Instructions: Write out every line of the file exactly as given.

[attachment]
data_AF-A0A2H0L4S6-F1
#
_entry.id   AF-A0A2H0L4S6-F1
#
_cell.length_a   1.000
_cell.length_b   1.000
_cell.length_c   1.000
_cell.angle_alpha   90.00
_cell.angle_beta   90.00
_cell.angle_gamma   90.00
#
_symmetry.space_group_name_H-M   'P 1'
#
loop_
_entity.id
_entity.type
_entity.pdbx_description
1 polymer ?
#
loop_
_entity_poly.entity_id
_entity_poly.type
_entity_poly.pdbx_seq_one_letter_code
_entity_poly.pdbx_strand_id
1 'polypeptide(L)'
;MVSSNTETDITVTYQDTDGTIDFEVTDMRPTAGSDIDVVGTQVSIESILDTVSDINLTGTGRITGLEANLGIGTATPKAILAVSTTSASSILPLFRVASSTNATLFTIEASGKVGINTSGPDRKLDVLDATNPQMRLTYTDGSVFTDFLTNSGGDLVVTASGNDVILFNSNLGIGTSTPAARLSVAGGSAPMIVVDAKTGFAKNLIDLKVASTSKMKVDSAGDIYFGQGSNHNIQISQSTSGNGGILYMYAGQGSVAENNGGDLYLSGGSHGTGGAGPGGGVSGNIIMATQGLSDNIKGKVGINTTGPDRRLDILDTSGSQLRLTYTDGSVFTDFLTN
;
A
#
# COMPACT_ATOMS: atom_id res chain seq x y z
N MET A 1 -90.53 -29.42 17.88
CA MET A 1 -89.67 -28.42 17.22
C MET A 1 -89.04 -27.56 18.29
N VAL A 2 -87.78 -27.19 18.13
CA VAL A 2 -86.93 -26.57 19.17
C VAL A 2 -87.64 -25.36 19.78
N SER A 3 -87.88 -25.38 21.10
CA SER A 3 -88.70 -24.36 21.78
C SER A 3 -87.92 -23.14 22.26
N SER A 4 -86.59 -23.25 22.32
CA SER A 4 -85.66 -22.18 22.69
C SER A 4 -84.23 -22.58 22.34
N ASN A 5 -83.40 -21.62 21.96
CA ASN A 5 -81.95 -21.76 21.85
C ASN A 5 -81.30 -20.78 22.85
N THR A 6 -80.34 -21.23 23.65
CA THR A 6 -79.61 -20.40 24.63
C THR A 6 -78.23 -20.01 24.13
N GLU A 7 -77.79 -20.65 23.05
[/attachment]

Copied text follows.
data_AF-A0A2H0L4S6-F1
#
_entry.id   AF-A0A2H0L4S6-F1
#
_cell.length_a   1.000
_cell.length_b   1.000
_cell.length_c   1.000
_cell.angle_alpha   90.00
_cell.angle_beta   90.00
_cell.angle_gamma   90.00
#
_symmetry.space_group_name_H-M   'P 1'
#
loop_
_entity.id
_entity.type
_entity.pdbx_description
1 polymer ?
#
loop_
_entity_poly.entity_id
_entity_poly.type
_entity_poly.pdbx_seq_one_letter_code
_entity_poly.pdbx_strand_id
1 'polypeptide(L)'
;MVSSNTETDITVTYQDTDGTIDFEVTDMRPTAGSDIDVVGTQVSIESILDTVSDINLTGTGRITGLEANLGIGTATPKAILAVSTTSASSILPLFRVASSTNATLFTIEASGKVGINTSGPDRKLDVLDATNPQMRLTYTDGSVFTDFLTNSGGDLVVTASGNDVILFNSNLGIGTSTPAARLSVAGGSAPMIVVDAKTGFAKNLIDLKVASTSKMKVDSAGDIYFGQGSNHNIQISQSTSGNGGILYMYAGQGSVAENNGGDLYLSGGSHGTGGAGPGGGVSGNIIMATQGLSDNIKGKVGINTTGPDRRLDILDTSGSQLRLTYTDGSVFTDFLTN
;
A
#
# COMPACT_ATOMS: atom_id res chain seq x y z
N MET A 1 -90.53 -29.42 17.88
CA MET A 1 -89.67 -28.42 17.22
C MET A 1 -89.04 -27.56 18.29
N VAL A 2 -87.78 -27.19 18.13
CA VAL A 2 -86.93 -26.57 19.17
C VAL A 2 -87.64 -25.36 19.78
N SER A 3 -87.88 -25.38 21.10
CA SER A 3 -88.70 -24.36 21.78
C SER A 3 -87.92 -23.14 22.26
N SER A 4 -86.59 -23.25 22.32
CA SER A 4 -85.66 -22.18 22.69
C SER A 4 -84.23 -22.58 22.34
N ASN A 5 -83.40 -21.62 21.96
CA ASN A 5 -81.95 -21.76 21.85
C ASN A 5 -81.30 -20.78 22.85
N THR A 6 -80.34 -21.23 23.65
CA THR A 6 -79.61 -20.40 24.63
C THR A 6 -78.23 -20.01 24.13
N GLU A 7 -77.79 -20.65 23.05